New Orleans History -- Lake Pontchartrain
Tuesday, June 25, 2024
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The shortest-lived rail ferry services in Louisiana

The shortest-lived rail ferry services in Louisiana – and one of the oddest
was that of the East Louisiana Railroad on Lake Pontchartrain. Between 1887 and
1892, the East Louisiana constructed its main line westward from the community
of Pearl River – where it connected with the New Orleans & Northeastern – to
Covington, and also built a branch line from a junction at St. Tammany down to
Mandeville on Lake Pontchartrain.

Shortly after it began operating, the East Louisiana obtained trackage rights over the NO&NE between Pearl River and New Orleans. The NO&NE had opened its line from Meridian, Mississippi to New Orleans on 1 November 1883 when it completed its lengthy trestle over the eastern end of Lake Pontchartrain. In New Orleans, the East Louisiana built a depot between the south end of the NO&NE yard and the Mississippi River, at the corner of Press and Royal Streets.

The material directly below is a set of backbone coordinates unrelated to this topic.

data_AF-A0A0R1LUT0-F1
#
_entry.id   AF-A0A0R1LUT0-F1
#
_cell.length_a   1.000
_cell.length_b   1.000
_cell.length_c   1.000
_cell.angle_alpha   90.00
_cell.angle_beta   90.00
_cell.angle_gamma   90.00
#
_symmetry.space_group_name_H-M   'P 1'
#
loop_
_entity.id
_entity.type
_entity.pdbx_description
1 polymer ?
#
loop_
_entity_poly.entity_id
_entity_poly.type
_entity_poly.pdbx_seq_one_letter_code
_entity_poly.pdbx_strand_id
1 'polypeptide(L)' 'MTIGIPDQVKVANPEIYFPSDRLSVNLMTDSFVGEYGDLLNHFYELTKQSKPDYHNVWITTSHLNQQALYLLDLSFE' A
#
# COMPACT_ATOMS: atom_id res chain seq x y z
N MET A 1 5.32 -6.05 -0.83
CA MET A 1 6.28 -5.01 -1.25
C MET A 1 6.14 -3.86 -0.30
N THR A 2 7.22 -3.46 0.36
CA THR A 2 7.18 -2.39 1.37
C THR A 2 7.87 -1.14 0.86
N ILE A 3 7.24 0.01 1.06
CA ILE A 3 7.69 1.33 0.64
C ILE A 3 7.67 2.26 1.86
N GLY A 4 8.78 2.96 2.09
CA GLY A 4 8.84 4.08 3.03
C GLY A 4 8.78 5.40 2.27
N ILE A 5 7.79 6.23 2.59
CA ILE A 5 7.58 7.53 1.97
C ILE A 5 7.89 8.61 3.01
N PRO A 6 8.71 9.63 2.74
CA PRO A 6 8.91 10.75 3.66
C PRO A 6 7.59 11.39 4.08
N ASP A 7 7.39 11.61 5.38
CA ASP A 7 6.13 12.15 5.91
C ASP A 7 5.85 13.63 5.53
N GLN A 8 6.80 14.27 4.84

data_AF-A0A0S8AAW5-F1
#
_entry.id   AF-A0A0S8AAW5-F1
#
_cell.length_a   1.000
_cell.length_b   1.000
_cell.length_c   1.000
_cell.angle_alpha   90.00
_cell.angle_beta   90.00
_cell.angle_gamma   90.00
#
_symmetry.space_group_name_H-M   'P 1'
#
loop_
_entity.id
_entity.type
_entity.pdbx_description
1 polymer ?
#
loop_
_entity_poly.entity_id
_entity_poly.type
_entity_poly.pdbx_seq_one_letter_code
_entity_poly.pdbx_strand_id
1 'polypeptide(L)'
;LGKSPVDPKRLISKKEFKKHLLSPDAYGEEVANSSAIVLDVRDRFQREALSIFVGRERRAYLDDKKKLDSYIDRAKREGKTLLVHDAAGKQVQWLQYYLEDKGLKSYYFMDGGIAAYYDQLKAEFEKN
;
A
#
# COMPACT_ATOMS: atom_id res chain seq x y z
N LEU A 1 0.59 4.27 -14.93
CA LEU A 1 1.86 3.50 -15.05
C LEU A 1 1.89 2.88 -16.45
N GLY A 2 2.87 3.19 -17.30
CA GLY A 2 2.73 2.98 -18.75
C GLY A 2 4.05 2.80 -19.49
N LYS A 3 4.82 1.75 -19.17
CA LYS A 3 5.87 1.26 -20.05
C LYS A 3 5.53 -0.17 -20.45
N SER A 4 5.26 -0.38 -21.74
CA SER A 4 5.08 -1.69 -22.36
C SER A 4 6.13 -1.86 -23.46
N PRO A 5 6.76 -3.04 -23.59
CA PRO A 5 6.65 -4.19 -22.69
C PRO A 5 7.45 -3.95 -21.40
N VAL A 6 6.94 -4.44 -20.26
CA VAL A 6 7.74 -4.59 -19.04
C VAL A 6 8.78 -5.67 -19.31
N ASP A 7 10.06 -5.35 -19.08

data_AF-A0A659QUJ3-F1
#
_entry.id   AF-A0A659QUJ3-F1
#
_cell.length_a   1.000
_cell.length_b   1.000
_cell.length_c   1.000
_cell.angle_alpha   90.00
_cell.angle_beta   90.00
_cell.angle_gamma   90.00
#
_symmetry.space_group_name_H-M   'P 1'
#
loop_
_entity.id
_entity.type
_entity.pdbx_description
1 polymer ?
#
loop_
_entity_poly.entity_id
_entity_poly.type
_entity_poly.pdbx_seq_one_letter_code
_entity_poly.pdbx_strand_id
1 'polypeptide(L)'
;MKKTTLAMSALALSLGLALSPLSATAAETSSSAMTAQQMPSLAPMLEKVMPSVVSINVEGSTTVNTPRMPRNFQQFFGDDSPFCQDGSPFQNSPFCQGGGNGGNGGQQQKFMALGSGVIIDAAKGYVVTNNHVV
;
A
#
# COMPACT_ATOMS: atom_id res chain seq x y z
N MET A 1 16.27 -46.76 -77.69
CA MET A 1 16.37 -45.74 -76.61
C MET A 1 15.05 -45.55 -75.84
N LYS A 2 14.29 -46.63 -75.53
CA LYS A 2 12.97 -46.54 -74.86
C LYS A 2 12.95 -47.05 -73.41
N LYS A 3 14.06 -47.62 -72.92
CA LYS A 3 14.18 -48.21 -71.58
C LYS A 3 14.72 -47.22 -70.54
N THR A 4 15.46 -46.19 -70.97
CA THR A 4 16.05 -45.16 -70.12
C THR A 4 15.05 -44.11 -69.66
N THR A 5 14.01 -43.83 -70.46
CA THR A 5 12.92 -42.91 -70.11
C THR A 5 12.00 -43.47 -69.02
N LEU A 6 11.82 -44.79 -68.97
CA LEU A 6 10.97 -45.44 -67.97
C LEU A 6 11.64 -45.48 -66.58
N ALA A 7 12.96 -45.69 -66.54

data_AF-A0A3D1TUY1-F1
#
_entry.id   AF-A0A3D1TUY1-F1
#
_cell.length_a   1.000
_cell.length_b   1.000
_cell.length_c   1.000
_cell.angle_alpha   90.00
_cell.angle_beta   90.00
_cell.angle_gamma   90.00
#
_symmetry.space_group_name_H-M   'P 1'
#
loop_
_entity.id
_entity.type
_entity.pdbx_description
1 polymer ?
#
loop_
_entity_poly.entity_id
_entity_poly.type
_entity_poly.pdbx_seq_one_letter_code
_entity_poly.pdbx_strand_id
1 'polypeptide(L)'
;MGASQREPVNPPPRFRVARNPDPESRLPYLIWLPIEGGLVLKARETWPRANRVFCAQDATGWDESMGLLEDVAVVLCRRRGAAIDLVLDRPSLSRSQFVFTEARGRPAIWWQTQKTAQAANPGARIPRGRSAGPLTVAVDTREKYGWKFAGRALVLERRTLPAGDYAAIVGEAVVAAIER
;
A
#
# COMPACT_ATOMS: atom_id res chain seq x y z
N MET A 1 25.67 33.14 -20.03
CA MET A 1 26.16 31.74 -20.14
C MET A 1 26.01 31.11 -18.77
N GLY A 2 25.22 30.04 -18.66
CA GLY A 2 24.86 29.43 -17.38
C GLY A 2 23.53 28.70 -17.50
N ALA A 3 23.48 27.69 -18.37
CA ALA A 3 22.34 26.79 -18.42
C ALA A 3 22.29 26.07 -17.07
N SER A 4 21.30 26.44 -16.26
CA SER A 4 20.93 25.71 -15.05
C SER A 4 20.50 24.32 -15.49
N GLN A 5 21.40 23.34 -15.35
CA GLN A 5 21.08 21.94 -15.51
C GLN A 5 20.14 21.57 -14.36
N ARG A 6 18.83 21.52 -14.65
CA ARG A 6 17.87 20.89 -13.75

Although the NO&NE trackage rights gave the East Louisiana a quick and convenient entry into the Crescent City, the little railroad wanted a route of its very own; so, on 15 Novenber 1895, it purchased the New Orleans, Spanish Fort & Lake RR. The NOSF&L was a 'street railroad' which ran from the intersection of Basin and Canal Streets (later the site of the New Orleans Terminal Company's Terminal Station) out to Spanish Fort, where Bayou St. John flows into Lake Pontchartrain.

The East Louisiana also purchased a 10-year-old ferry, the CAPE CHARLES, and began service between Mandeville and Spanish Fort. This new operation allowed the railroad to offer its very own service from the heart of the New Orleans business district to Mandeville and Covington, but the 25-mile voyage across Lake Pontchartrain took several hours, and the ferry was more expensive to operate than a train!

While the exact duration of this
service isn't known, the ferry was sold to the Gulf & Ship Island Railroad
in 1986 or 1987 and rebuilt into a dredge for use at Gulfport, Mississippi. The
East Louisiana sold the NOSF&L to the New Orleans & Western Railroad on
1 July 1897, and the line out to Spanish Fort was abandoned in 1904. Based on
the purchase and sale dates of the NOSF&L, it would appear that the ferry
service lasted less than two years.